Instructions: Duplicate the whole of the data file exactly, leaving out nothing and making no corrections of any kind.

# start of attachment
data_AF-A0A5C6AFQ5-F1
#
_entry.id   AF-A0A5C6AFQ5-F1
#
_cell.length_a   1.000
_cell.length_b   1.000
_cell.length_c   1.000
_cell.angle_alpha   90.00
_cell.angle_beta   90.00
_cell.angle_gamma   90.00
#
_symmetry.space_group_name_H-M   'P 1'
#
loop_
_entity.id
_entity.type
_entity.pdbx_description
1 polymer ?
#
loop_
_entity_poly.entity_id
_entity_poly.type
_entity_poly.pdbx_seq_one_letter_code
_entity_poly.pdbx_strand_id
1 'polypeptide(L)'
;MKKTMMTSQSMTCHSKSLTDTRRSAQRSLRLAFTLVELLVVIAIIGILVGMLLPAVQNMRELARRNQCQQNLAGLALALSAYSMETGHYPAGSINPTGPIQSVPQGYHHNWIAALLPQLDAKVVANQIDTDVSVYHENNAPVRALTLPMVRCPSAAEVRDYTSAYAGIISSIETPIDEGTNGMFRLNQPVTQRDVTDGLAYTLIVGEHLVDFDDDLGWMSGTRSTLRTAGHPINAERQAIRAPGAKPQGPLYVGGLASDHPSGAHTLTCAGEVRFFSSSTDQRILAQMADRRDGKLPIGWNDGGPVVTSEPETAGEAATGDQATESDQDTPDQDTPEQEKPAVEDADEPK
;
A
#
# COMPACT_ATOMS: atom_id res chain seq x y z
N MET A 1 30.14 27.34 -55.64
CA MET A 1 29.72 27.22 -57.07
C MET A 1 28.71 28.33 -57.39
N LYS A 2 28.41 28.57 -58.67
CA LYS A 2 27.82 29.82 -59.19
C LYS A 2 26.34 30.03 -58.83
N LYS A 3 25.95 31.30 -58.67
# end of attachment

data_AF-A0A5C6AFQ5-F1
#
_entry.id   AF-A0A5C6AFQ5-F1
#
_cell.length_a   1.000
_cell.length_b   1.000
_cell.length_c   1.000
_cell.angle_alpha   90.00
_cell.angle_beta   90.00
_cell.angle_gamma   90.00
#
_symmetry.space_group_name_H-M   'P 1'
#
loop_
_entity.id
_entity.type
_entity.pdbx_description
1 polymer ?
#
loop_
_entity_poly.entity_id
_entity_poly.type
_entity_poly.pdbx_seq_one_letter_code
_entity_poly.pdbx_strand_id
1 'polypeptide(L)'
;MKKTMMTSQSMTCHSKSLTDTRRSAQRSLRLAFTLVELLVVIAIIGILVGMLLPAVQNMRELARRNQCQQNLAGLALALSAYSMETGHYPAGSINPTGPIQSVPQGYHHNWIAALLPQLDAKVVANQIDTDVSVYHENNAPVRALTLPMVRCPSAAEVRDYTSAYAGIISSIETPIDEGTNGMFRLNQPVTQRDVTDGLAYTLIVGEHLVDFDDDLGWMSGTRSTLRTAGHPINAERQAIRAPGAKPQGPLYVGGLASDHPSGAHTLTCAGEVRFFSSSTDQRILAQMADRRDGKLPIGWNDGGPVVTSEPETAGEAATGDQATESDQDTPDQDTPEQEKPAVEDADEPK
;
A
#
# COMPACT_ATOMS: atom_id res chain seq x y z
N MET A 1 30.14 27.34 -55.64
CA MET A 1 29.72 27.22 -57.07
C MET A 1 28.71 28.33 -57.39
N LYS A 2 28.41 28.57 -58.67
CA LYS A 2 27.82 29.82 -59.19
C LYS A 2 26.34 30.03 -58.83
N LYS A 3 25.95 31.30 -58.67